Abu Hamza: Cameron calls for faster extradition process
- 20 May 2014
- From the section UK
David Cameron has said more could be done to speed up the UK's extradition process, after Abu Hamza al-Masri was found guilty of supporting terrorism.
The prime minister said while it took 10 years to remove the radical Muslim cleric from the UK, justice was done.
Abu Hamza could face a life term when sentenced in September. He is to appeal his conviction by a New York court.
His trial heard he aided the kidnappers of 16 tourists in Yemen in 1998 and tried to build a terror training camp.
Mr Cameron told BBC Radio 4's Today programme he thought it was "good that he has faced justice", but that the government must "reflect on whether we can extradite faster".
By Dominic Casciani, BBC home affairs correspondent
Why did Abu Hamza's extradition take so long?
Firstly, judges were dealing with an unprecedented situation: multiple extradition requests from the US for a group of men who were accused of terrorism offences while they were based in the UK.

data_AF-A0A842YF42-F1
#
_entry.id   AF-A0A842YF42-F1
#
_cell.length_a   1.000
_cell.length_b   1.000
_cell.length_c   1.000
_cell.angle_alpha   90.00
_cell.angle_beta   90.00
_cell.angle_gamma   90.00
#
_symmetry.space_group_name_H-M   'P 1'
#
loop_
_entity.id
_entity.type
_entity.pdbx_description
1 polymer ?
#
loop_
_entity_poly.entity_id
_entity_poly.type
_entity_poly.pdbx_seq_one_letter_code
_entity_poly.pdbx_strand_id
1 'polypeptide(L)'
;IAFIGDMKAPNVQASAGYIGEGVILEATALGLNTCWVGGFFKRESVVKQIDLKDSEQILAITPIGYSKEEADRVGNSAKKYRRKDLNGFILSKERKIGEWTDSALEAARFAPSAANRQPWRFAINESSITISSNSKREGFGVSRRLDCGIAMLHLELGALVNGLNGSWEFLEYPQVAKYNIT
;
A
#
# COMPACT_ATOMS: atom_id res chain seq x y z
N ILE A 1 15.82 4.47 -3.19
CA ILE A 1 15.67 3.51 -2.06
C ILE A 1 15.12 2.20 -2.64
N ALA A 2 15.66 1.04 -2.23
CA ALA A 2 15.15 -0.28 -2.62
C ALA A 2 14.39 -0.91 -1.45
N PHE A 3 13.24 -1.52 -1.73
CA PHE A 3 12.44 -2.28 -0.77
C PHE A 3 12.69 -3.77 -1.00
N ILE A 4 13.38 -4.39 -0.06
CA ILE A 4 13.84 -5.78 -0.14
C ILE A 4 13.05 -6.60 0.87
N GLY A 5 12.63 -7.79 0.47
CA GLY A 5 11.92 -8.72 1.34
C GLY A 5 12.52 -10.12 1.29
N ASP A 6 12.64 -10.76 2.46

The cases involved unique circumstances and complex questions which, taken together, had never been put before our courts. These included whether controversial conditions in some maximum security American jails were humane.
So it was inevitable that there would be appeals, as our law allows, all the way to Europe: that is what happens in difficult cases.
The courts have now answered those questions - and that means future extraditions will be more speedy.
Secondly, the cleric's extradition was halted because after years of doing nothing, the UK's authorities suddenly decided in 2006 that they wanted to prosecute after all. The US was told to get to the back of the queue and wait until the end of that British trial. So, in all, Abu Hamza's case was as exceptional as you can get.
Abu Hamza was extradited from the UK, where he preached at the Finsbury Park mosque, after having been jailed for seven years for inciting murder and racial hatred.
Abu Hamza in numbers
Came to UK
Jailed in UK for 7 years
Extradited to US in 2012
Found guilty by US court of 11 terror charges in 2014